XBox 360: A harbinger of the PC lockdown to come?

Summary:According to Engadget, the Free60 project has developed a list of barriers to hacking Linux onto Microsoft's XBox 360s that reads like an art thief's list of obstacles to stealing the Mona Lisa.  At first glance, a story about how the XBox could be hackproof may appear to you to be irrelevant if you're reading this blog (Between the Lines, "The blog for discriminating IT buyers").

According to Engadget, the Free60 project has developed a list of barriers to hacking Linux onto Microsoft's XBox 360s that reads like an art thief's list of obstacles to stealing the Mona Lisa.  At first glance, a story about how the XBox could be hackproof may appear to you to be irrelevant if you're reading this blog (Between the Lines, "The blog for discriminating IT buyers").  But when I read the list, I noticed how reminiscent the architecture is of the PC of the future (I know seems like an oxymoron, but this really is back to future stuff).

The list includes a unique, virtually hackproof security key for every XBox (reminiscent of the Trusted Platform Modules [TPMs] that are coming to future PCs), and a virtual machine architecture for authenticating legitimate kernels that really rings a bell with Intel's Vanderpool virtualization technology and the techniques that Apple will reportedly be using to make sure that the Intel-based systems it will be selling won't run anything but OS X and that OS X won't run on just any Intel-based system. Not surprisingly, those techniques, if used, will most likely involve some form of digital restrictions management (DRM) technology.  Although Microsoft has, with its Windows Product Activation technology, shown the resolve to marry specific OS licenses to specific systems, the company hasn't said whether or not it intends to take advantage of TPMs for similar purposes in future versions of Windows (including Windows Vista).  Are the lengths to which Microsoft is going to lock down its XBox 360s a harbinger of PCs to come? Here's the list from Engadget's coverage:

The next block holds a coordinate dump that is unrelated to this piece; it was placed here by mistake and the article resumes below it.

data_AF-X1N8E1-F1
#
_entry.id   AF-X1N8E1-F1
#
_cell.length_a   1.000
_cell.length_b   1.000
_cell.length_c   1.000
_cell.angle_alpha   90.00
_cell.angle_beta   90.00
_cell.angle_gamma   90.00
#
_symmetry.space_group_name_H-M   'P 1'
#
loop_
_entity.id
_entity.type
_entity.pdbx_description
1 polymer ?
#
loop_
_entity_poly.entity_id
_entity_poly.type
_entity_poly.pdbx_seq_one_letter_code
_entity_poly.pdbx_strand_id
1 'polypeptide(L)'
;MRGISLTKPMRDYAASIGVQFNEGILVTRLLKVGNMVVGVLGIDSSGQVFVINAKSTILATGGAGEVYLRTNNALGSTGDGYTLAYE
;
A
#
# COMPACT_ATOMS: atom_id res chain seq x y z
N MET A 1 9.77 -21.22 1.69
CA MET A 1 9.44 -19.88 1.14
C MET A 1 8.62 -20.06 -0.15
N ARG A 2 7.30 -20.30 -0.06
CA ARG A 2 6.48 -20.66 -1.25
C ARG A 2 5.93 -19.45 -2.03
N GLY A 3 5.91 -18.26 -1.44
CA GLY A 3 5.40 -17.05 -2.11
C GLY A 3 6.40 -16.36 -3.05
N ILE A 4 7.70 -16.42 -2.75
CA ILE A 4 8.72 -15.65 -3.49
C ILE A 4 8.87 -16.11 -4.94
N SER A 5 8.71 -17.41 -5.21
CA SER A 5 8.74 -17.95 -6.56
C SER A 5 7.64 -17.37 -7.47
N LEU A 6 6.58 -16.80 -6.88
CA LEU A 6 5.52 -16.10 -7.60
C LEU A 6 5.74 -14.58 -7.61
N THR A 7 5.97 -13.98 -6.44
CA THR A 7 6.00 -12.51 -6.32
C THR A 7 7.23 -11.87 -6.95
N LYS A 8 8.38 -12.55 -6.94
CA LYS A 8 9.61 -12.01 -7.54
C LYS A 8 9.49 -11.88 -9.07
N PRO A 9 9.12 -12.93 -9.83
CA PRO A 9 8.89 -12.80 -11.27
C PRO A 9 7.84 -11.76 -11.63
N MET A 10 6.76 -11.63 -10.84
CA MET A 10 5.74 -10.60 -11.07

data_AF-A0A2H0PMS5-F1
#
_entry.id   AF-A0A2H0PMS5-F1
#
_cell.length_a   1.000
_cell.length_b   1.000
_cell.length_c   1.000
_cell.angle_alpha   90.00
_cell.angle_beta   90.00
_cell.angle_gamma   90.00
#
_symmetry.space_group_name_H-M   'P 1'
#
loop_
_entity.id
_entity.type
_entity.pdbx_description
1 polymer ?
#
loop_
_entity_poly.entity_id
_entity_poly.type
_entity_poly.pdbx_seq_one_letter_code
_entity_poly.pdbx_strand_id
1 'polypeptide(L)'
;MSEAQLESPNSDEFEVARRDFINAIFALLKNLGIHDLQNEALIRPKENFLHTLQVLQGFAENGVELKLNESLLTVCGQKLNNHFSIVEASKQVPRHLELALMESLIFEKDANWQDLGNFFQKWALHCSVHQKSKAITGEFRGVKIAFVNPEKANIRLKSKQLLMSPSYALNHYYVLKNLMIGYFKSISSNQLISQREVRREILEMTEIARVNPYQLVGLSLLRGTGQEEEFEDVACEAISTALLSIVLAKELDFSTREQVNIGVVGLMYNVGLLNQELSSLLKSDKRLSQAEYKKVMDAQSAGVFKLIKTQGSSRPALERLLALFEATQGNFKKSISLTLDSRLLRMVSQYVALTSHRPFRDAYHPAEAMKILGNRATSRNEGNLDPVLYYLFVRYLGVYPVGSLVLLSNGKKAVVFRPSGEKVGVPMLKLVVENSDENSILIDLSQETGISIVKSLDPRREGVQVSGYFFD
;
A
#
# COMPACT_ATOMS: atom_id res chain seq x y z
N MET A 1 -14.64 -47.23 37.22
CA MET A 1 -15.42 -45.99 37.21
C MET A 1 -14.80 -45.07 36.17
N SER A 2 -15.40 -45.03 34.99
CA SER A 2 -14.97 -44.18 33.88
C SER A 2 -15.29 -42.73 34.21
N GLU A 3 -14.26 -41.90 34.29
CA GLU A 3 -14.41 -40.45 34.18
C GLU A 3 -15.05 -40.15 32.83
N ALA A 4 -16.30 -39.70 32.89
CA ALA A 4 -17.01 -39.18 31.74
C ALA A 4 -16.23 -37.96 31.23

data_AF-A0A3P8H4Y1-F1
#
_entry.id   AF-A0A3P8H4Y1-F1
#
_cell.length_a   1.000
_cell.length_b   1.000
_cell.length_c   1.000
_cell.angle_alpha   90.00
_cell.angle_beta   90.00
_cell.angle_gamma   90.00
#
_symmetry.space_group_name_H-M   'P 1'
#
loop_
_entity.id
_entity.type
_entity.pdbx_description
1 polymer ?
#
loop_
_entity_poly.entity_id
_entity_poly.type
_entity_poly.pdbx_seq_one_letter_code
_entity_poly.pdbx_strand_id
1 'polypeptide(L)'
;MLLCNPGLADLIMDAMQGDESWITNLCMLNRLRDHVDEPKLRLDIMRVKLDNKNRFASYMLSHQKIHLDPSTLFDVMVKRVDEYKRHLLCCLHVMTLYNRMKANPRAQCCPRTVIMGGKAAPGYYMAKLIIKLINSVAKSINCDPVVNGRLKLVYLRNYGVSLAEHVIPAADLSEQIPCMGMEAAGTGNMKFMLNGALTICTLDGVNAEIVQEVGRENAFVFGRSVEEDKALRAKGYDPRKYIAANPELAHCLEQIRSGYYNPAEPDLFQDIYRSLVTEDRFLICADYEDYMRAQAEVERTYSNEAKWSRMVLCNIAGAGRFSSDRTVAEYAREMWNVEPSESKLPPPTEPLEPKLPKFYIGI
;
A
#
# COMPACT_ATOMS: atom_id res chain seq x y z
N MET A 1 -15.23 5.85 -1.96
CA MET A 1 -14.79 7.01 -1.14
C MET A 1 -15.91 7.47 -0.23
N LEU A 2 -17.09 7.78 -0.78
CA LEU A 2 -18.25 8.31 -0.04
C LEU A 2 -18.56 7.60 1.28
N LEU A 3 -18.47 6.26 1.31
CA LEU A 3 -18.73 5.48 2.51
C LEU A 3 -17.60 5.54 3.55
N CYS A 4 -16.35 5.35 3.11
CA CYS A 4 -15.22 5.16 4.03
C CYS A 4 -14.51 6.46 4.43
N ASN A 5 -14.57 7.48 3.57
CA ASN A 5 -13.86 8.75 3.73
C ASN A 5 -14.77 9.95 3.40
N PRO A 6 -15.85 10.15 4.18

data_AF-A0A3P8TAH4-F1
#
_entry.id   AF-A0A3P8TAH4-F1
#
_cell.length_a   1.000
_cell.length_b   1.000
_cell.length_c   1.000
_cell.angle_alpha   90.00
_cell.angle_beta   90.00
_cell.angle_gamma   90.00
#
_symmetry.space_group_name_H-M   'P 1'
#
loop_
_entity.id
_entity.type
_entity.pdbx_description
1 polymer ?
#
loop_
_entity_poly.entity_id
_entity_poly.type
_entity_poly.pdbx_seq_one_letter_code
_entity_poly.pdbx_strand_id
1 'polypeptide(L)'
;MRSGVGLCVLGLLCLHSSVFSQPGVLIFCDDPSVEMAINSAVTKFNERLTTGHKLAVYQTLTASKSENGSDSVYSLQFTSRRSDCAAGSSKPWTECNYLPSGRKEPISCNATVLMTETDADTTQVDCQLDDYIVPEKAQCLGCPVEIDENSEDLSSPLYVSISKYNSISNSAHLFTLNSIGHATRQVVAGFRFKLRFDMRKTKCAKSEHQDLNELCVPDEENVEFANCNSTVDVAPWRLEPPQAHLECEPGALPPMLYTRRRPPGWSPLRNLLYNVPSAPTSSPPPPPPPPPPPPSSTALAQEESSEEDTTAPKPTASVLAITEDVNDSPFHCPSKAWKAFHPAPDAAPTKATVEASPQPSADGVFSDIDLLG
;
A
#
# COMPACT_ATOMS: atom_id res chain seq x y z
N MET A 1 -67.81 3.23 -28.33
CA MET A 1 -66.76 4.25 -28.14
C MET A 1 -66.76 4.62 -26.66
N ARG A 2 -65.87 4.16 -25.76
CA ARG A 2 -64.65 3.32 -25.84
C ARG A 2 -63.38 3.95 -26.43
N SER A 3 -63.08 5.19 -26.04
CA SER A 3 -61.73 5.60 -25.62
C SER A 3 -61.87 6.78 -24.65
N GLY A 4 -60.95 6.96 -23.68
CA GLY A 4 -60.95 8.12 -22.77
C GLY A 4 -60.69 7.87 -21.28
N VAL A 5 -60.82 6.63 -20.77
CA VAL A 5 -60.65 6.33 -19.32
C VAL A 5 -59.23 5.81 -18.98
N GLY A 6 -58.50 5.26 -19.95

• The flash is encrypted with a per-box key
  • The key is stored inside the CPU
  • The boot ROM is stored inside the CPU
  • Also inside the CPU is a hypervisor that verifies the running state of the kernel, making sure there is no modification (RAM checksums), else the Xbox 360 panics and blows up!
  • The CPU contains RAM inside of it to store the checksums
  • All interrupt/exception handling is done by the hypervisor
  • All code runs in kernel mode
  • The emulator for first generation games can be updated via an official Microsoft download burned to CD by the user, though the CDs’ content will be encrypted and signed with public key cryptography. The boot ROM is stored inside the CPU.

Topics: Virtualization

About

David Berlind was fomerly the executive editor of ZDNet. David holds a BBA in Computer Information Systems. Prior to becoming a tech journalist in 1991, David was an IT manager.

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